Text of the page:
California was the first state in the nation to enact legislation creating a health benefit exchange under federal health care reform. Enabling legislation can be found here: Chapter 655, Statutes of 2010 (Perez) and Chapter 659, Statutes of 2010 (Alquist).
Starting in 2014, the California Health Benefit Exchange will make it easier for individuals and small businesses to compare plans and buy health insurance on the private market.
The Exchange will enhance competition and provide the same advantages available to large employer groups by organizing the private insurance market, including a more stable risk pool, greater purchasing power, more competition among insurers and detailed information regarding about the price, quality and service of health coverage.
The Exchange will support consumer choice by making comprehensive information about health plans available in an objective, easy-to-understand format, including:
- a website that provides standardized comparison information on qualified health plan benefit plans/options
- a calculator for applicants to compare costs across plan options
- a web-based eligibility portal to help link individuals to health coverage options available to them
- a toll-free consumer assistance hotline
Individuals and small employers meeting federal citizenship requirements may enroll in the exchange. Federal health care reform makes tax credits and subsidies available in 2014 to Californians with incomes between 133 and 400 percent of the federal poverty level (in 2010, approximately $29,000 to $88,000 for a family of four). The Exchange will ensure that Californians eligible for federally-authorized tax credits and subsidies get those benefits. Small employers with less than 50 employees may also purchase coverage through the exchange.
The federal government awarded California $1 million to fund preliminary planning efforts related to the development of an exchange. On August 12, 2011, the California Health Benefit Exchange received a $39 million Level I Exchange Establishment grant that will help the state plan for and design the Exchange and will be used to recruit necessary technical and support staff and to contract for specific subject matter experts. After 2014, the Exchange must be self-supporting from fees paid by health plans and insurers participating in the Exchange.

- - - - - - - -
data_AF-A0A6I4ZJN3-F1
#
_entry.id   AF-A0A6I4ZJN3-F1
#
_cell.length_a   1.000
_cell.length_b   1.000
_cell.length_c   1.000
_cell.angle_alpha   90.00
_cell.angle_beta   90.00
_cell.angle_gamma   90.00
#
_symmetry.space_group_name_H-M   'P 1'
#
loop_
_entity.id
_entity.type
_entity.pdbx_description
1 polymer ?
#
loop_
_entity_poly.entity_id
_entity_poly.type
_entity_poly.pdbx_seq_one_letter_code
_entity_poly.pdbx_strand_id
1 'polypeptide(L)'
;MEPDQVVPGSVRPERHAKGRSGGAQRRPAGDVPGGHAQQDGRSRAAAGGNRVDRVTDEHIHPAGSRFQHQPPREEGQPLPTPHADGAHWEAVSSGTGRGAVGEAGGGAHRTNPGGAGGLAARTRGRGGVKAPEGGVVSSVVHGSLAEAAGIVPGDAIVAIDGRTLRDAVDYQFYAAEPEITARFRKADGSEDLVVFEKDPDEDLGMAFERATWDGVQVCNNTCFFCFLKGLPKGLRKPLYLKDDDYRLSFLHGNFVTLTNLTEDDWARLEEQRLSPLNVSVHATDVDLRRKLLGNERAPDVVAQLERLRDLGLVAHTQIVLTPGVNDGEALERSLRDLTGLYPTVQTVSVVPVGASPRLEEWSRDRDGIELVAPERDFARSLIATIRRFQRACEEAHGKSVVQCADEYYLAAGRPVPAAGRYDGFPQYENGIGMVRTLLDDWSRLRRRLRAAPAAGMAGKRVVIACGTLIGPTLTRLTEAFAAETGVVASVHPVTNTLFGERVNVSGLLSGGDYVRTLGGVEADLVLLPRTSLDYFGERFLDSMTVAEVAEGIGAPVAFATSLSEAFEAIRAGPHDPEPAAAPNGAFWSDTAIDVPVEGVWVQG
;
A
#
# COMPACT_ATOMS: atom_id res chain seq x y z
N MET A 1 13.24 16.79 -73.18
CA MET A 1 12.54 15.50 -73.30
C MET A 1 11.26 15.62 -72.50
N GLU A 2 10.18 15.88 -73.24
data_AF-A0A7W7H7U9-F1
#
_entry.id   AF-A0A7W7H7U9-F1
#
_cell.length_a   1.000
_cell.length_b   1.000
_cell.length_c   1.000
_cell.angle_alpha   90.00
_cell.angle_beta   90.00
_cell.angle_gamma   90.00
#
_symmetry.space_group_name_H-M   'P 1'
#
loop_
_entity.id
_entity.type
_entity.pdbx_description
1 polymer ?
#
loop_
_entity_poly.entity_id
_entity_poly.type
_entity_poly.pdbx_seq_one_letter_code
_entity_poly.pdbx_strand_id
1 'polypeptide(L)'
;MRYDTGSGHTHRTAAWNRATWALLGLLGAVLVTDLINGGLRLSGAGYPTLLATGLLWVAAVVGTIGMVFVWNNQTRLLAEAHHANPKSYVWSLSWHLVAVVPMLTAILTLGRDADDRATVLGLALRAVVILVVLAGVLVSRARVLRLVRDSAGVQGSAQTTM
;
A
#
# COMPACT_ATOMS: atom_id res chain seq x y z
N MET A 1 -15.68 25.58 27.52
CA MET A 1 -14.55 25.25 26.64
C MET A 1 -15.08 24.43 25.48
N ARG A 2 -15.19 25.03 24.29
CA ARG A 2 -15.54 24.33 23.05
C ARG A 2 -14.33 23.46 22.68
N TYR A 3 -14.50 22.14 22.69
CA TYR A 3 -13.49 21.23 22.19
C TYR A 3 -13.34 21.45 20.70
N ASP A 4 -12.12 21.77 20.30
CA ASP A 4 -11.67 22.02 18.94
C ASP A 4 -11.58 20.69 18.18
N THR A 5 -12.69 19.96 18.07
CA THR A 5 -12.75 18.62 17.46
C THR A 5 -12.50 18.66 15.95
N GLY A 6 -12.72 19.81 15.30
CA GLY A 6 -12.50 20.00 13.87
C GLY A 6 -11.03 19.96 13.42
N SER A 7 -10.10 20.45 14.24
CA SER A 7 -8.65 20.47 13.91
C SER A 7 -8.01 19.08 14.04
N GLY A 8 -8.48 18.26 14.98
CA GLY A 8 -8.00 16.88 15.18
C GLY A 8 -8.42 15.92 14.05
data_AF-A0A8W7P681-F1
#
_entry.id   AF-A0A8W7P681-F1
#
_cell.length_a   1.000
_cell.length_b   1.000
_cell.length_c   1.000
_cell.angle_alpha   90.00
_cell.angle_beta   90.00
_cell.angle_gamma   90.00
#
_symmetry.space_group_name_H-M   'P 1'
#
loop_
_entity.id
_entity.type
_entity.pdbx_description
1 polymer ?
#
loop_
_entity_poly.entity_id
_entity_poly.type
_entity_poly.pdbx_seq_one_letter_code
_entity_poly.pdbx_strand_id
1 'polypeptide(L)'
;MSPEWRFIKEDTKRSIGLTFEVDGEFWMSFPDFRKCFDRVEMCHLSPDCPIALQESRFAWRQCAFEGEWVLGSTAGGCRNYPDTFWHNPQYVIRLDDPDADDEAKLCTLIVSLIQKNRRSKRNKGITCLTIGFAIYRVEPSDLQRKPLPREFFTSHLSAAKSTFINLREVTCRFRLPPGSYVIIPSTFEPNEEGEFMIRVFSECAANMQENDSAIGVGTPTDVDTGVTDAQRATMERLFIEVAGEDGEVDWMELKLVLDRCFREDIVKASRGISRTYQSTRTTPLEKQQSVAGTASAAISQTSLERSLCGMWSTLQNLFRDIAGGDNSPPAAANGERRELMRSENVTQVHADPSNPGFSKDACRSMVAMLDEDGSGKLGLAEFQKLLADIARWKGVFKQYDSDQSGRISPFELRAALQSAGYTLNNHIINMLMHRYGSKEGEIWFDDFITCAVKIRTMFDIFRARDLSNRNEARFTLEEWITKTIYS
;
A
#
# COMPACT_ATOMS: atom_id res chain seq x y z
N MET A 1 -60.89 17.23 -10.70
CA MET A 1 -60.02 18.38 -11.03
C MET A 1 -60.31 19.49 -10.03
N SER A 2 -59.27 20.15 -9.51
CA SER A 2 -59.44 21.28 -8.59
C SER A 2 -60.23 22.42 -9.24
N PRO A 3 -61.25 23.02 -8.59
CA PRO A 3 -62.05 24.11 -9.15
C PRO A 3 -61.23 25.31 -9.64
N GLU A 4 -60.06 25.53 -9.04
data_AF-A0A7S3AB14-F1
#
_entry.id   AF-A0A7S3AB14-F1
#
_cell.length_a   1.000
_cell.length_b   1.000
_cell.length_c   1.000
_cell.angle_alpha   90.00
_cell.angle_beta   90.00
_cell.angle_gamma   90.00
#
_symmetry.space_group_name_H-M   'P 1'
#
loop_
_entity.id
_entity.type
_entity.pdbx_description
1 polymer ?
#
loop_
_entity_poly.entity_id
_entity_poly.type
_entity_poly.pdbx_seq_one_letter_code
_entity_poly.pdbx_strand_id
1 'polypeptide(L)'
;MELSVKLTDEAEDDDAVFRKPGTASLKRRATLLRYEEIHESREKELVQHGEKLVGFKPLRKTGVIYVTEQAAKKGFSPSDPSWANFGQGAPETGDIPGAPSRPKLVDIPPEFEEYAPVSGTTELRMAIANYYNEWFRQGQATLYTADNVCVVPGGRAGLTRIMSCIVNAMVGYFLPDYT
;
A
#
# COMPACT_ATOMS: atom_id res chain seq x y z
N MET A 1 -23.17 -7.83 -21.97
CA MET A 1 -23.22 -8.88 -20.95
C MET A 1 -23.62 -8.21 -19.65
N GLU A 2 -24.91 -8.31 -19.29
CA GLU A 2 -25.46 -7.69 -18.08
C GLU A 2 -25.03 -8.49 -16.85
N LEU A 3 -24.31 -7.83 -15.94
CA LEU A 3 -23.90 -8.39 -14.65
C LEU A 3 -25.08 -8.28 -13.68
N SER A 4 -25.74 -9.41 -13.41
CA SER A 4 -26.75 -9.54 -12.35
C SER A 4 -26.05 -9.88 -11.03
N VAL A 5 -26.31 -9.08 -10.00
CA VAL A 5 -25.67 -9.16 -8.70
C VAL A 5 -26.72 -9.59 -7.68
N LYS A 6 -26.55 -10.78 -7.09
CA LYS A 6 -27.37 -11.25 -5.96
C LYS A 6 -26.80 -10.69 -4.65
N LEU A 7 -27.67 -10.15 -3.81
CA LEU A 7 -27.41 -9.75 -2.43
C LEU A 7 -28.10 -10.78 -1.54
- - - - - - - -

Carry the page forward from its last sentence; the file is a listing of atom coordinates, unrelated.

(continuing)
Voluntary Health Plan and Insurer Participation
Health insurance products offered through the Exchange must be available in the same form to consumers purchasing coverage outside the Exchange. All health plans and insurers participating in the Exchange must offer all Exchange plans at the federally designated bronze, silver, gold and platinum levels. Catastrophic plans will only be available through health plans and insurers participating in the Exchange. The catastrophic plans will be available both inside and outside the Exchange from these health plans and insurers.
The Exchange is an independent public entity within state government with a five-member board appointed by the Governor and the Legislature.
Two members are appointed by the Governor; one by Senate Rules Committee; and one by Speaker of the Assembly. The Secretary of the Health and Human Services Agency or another designee will serve as an ex-officio voting member of the Board. Appointed members will serve four year terms.
- Members of the board or of the staff of the Exchange are subject to strict conflict-of-interest provisions. They may not be employed by, a consultant to, a member of the board of directors of, affiliated with, or otherwise a representative of, a carrier or other insurer, an agent or broker, a health care provider, or a health care facility or health clinic.
The Exchange does not change how existing state health care coverage programs are administered.
Medi-Cal and the Healthy Families Program will continue to be administered by the Department of Health Care Services (DHCS) and the Managed Risk Medical Insurance Board (MRMIB), respectively.
- The Exchange will screen for and enroll individuals in Medi-Cal or the Healthy Families Program if they are eligible for those programs. The federal law requires state exchanges to perform this function.
- The Exchange will coordinate with DHCS, the MRMIB, and California counties to ensure that individuals are seamlessly transitioned between coverage programs if their eligibility changes.